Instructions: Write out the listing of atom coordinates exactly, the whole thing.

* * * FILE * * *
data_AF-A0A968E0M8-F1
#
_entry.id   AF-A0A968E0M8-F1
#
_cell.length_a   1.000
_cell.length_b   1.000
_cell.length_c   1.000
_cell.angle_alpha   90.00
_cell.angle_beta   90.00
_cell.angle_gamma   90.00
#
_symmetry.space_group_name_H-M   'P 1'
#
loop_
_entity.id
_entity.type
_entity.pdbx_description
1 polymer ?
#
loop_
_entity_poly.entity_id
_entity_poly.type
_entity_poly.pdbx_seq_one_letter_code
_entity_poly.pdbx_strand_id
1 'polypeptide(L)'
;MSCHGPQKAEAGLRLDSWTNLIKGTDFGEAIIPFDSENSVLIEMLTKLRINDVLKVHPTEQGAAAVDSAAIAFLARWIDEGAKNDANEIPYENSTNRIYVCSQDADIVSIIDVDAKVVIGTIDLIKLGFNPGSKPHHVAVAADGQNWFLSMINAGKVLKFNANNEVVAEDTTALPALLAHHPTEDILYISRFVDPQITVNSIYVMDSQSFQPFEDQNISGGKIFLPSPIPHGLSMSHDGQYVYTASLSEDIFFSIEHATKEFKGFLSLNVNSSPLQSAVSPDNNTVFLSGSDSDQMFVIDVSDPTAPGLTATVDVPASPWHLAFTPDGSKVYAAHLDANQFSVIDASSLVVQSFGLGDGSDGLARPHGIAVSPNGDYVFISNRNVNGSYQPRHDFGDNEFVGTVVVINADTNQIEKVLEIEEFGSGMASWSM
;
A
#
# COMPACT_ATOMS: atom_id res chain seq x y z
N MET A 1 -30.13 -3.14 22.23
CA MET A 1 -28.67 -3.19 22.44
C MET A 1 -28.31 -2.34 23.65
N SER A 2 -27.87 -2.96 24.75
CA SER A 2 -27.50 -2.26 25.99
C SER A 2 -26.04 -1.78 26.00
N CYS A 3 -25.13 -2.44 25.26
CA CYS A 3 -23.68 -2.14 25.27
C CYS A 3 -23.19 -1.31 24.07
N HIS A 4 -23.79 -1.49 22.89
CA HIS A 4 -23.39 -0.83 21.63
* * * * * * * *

data_AF-A0A968E0M8-F1
#
_entry.id   AF-A0A968E0M8-F1
#
_cell.length_a   1.000
_cell.length_b   1.000
_cell.length_c   1.000
_cell.angle_alpha   90.00
_cell.angle_beta   90.00
_cell.angle_gamma   90.00
#
_symmetry.space_group_name_H-M   'P 1'
#
loop_
_entity.id
_entity.type
_entity.pdbx_description
1 polymer ?
#
loop_
_entity_poly.entity_id
_entity_poly.type
_entity_poly.pdbx_seq_one_letter_code
_entity_poly.pdbx_strand_id
1 'polypeptide(L)'
;MSCHGPQKAEAGLRLDSWTNLIKGTDFGEAIIPFDSENSVLIEMLTKLRINDVLKVHPTEQGAAAVDSAAIAFLARWIDEGAKNDANEIPYENSTNRIYVCSQDADIVSIIDVDAKVVIGTIDLIKLGFNPGSKPHHVAVAADGQNWFLSMINAGKVLKFNANNEVVAEDTTALPALLAHHPTEDILYISRFVDPQITVNSIYVMDSQSFQPFEDQNISGGKIFLPSPIPHGLSMSHDGQYVYTASLSEDIFFSIEHATKEFKGFLSLNVNSSPLQSAVSPDNNTVFLSGSDSDQMFVIDVSDPTAPGLTATVDVPASPWHLAFTPDGSKVYAAHLDANQFSVIDASSLVVQSFGLGDGSDGLARPHGIAVSPNGDYVFISNRNVNGSYQPRHDFGDNEFVGTVVVINADTNQIEKVLEIEEFGSGMASWSM
;
A
#
# COMPACT_ATOMS: atom_id res chain seq x y z
N MET A 1 -30.13 -3.14 22.23
CA MET A 1 -28.67 -3.19 22.44
C MET A 1 -28.31 -2.34 23.65
N SER A 2 -27.87 -2.96 24.75
CA SER A 2 -27.50 -2.26 25.99
C SER A 2 -26.04 -1.78 26.00
N CYS A 3 -25.13 -2.44 25.26
CA CYS A 3 -23.68 -2.14 25.27
C CYS A 3 -23.19 -1.31 24.07
N HIS A 4 -23.79 -1.49 22.89
CA HIS A 4 -23.39 -0.83 21.63